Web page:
UV Light in HVAC Buildings

Breathing deep thanks to UV sterilisation technology

What would Sir Isaac Newton think if he could see the advancements made in reflective technologies since his use of a tin and copper alloy for the objective mirror in his first reflecting telescope? Over 350 years later, reflector technologies are ensuring a brighter future in many applications, including UV air sterilisation systems.

UV sterilisation
UV light has long been used in heating and ventilation (HVAC) systems. Invisible to the human eye, short wavelength UV radiation (200-300 nm) are deadly to both bacteria and viruses, breaking the DNA and RNA bonds of bacteria, protozoa, and viruses 1,2, leading to the eventual inactivation of the microorganisms.

Improving HVAC efficiency
High-power UV systems are used in HVAC ducts and on evaporator coils, as highly efficient ways to prevent microbial growth. Left unchecked, even a biofilm layer that is only 0.5 mm thick can, on cooling coils, impede the smooth flow of air and reduce the efficiency of heat transfer by more than 20 percent.

UV light and health and safety
Microbial growth can also have health and safety implications in HVAC systems. According to recent research on the transmission of SARS-CoV-2 (the virus that causes coronavirus) published in The Lancet3: “growing evidence has highlighted that infective microdroplets are small enough to remain suspended in the air and expose individuals at distances beyond 2 m from an infected person… in enclosed spaces with poor ventilation, and typically with extended exposure to an infected person of more than 30 min.” It is no wonder therefore that a growing number of building owners are integrating UV sterilisation technology into their HVAC systems, or installing standalone units in high-risk areas.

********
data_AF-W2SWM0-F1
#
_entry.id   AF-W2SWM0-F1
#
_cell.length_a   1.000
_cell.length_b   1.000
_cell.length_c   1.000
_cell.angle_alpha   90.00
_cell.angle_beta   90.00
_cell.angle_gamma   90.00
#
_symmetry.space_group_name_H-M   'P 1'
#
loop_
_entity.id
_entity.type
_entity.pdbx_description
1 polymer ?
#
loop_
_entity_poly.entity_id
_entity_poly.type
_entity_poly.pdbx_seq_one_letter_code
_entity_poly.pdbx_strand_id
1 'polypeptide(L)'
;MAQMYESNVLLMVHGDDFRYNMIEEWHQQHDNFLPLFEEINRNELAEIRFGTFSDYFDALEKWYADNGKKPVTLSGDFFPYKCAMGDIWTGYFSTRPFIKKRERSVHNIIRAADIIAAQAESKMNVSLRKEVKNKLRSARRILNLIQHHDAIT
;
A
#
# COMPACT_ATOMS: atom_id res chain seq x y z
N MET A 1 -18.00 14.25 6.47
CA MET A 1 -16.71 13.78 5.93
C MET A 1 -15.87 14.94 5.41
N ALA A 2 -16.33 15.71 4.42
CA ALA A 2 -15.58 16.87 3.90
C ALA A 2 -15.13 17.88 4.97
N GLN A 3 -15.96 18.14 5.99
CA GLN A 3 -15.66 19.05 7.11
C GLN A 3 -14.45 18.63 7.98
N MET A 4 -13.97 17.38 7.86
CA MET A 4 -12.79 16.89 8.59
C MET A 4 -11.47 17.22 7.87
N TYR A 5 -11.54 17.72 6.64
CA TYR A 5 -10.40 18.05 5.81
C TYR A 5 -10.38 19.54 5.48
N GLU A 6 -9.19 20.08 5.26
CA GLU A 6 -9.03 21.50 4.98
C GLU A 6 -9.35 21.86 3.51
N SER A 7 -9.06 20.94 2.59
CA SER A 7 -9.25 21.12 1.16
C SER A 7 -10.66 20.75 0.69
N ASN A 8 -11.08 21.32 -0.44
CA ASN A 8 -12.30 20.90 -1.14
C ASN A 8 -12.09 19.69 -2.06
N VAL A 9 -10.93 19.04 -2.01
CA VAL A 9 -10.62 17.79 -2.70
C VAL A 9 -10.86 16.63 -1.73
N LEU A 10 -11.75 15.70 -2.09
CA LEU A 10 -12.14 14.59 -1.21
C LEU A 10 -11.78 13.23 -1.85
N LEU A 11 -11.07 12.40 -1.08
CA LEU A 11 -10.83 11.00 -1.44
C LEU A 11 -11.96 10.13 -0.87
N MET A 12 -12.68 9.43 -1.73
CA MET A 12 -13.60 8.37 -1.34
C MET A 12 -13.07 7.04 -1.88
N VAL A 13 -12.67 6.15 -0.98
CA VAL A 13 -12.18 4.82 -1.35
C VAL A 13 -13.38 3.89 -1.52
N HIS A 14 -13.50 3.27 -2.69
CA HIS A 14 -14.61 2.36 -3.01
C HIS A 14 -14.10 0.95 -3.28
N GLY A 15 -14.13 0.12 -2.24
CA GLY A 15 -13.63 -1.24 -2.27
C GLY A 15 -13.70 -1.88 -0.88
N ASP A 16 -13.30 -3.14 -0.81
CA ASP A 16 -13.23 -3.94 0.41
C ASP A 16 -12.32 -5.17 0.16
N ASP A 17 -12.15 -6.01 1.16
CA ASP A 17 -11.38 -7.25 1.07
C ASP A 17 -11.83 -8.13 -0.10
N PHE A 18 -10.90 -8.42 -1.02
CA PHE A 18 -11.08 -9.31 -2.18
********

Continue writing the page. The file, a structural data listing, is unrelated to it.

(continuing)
Reflective technologies improve performance
Designers of UV air sterilisation systems need to maximise the probability of a UV photon interacting with – and neutralising – a bacterial cell or virus particle. Through the use of filters upstream, removing larger particles of dust and dirt, and efficient reflectors directing light evenly throughout the air volume being treated, multiple chances are created for UV photons to hit their target.

Although conventional anodised aluminium surfaces reflect more than 80% of incident light at UV wavelengths, Alanod has developed a surface preparation approach to finetune the performance of the surface layer of aluminium. The end result is MIRO® UV C, that is designed to deliver a peak of well over 90% at the 250nm wavelength.

Why not find out more about how MIRO® UV could take your UV air sterilisation systems to the next level?

[1] Adams RLP, Knowler JT, Leader DP. 1986. The biochemistry of the nucleic acids, 10th ed. Chapman and Hall, New York, NY

[2] Cadet J, Anselmino C, Douki T, Voituriez L. 1992. Photochemistry of nucleic acids. J Photochem Photobiol B Biol 15:277–298. doi:10.1016/1011-1344(92)85135-H.

[3] https://www.thelancet.com/journals/lanres/article/PIIS2213-2600(20)30514-2/fulltext

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